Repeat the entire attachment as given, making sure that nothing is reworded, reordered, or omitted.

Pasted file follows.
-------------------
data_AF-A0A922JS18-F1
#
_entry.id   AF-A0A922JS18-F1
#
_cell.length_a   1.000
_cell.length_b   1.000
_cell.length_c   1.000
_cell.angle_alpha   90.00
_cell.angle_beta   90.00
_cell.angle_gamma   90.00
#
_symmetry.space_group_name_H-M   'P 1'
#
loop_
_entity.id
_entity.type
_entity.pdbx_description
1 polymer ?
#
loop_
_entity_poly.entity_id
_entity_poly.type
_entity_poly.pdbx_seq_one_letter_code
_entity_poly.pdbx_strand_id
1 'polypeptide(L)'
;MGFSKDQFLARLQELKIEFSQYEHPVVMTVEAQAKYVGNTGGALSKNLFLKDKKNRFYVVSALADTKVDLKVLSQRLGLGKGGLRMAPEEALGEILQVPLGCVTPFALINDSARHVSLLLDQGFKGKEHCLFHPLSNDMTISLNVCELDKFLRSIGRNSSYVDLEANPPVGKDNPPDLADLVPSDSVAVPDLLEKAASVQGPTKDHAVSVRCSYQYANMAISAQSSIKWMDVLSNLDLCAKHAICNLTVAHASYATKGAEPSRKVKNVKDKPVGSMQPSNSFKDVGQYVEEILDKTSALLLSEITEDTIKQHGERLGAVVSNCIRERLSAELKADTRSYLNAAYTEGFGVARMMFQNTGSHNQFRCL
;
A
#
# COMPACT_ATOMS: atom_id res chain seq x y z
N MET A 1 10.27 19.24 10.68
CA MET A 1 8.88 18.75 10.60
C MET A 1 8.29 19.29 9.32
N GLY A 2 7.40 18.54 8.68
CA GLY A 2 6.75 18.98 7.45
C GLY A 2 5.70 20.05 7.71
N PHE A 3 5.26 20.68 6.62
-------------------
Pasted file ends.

data_AF-A0A922JS18-F1
#
_entry.id   AF-A0A922JS18-F1
#
_cell.length_a   1.000
_cell.length_b   1.000
_cell.length_c   1.000
_cell.angle_alpha   90.00
_cell.angle_beta   90.00
_cell.angle_gamma   90.00
#
_symmetry.space_group_name_H-M   'P 1'
#
loop_
_entity.id
_entity.type
_entity.pdbx_description
1 polymer ?
#
loop_
_entity_poly.entity_id
_entity_poly.type
_entity_poly.pdbx_seq_one_letter_code
_entity_poly.pdbx_strand_id
1 'polypeptide(L)'
;MGFSKDQFLARLQELKIEFSQYEHPVVMTVEAQAKYVGNTGGALSKNLFLKDKKNRFYVVSALADTKVDLKVLSQRLGLGKGGLRMAPEEALGEILQVPLGCVTPFALINDSARHVSLLLDQGFKGKEHCLFHPLSNDMTISLNVCELDKFLRSIGRNSSYVDLEANPPVGKDNPPDLADLVPSDSVAVPDLLEKAASVQGPTKDHAVSVRCSYQYANMAISAQSSIKWMDVLSNLDLCAKHAICNLTVAHASYATKGAEPSRKVKNVKDKPVGSMQPSNSFKDVGQYVEEILDKTSALLLSEITEDTIKQHGERLGAVVSNCIRERLSAELKADTRSYLNAAYTEGFGVARMMFQNTGSHNQFRCL
;
A
#
# COMPACT_ATOMS: atom_id res chain seq x y z
N MET A 1 10.27 19.24 10.68
CA MET A 1 8.88 18.75 10.60
C MET A 1 8.29 19.29 9.32
N GLY A 2 7.40 18.54 8.68
CA GLY A 2 6.75 18.98 7.45
C GLY A 2 5.70 20.05 7.71
N PHE A 3 5.26 20.68 6.62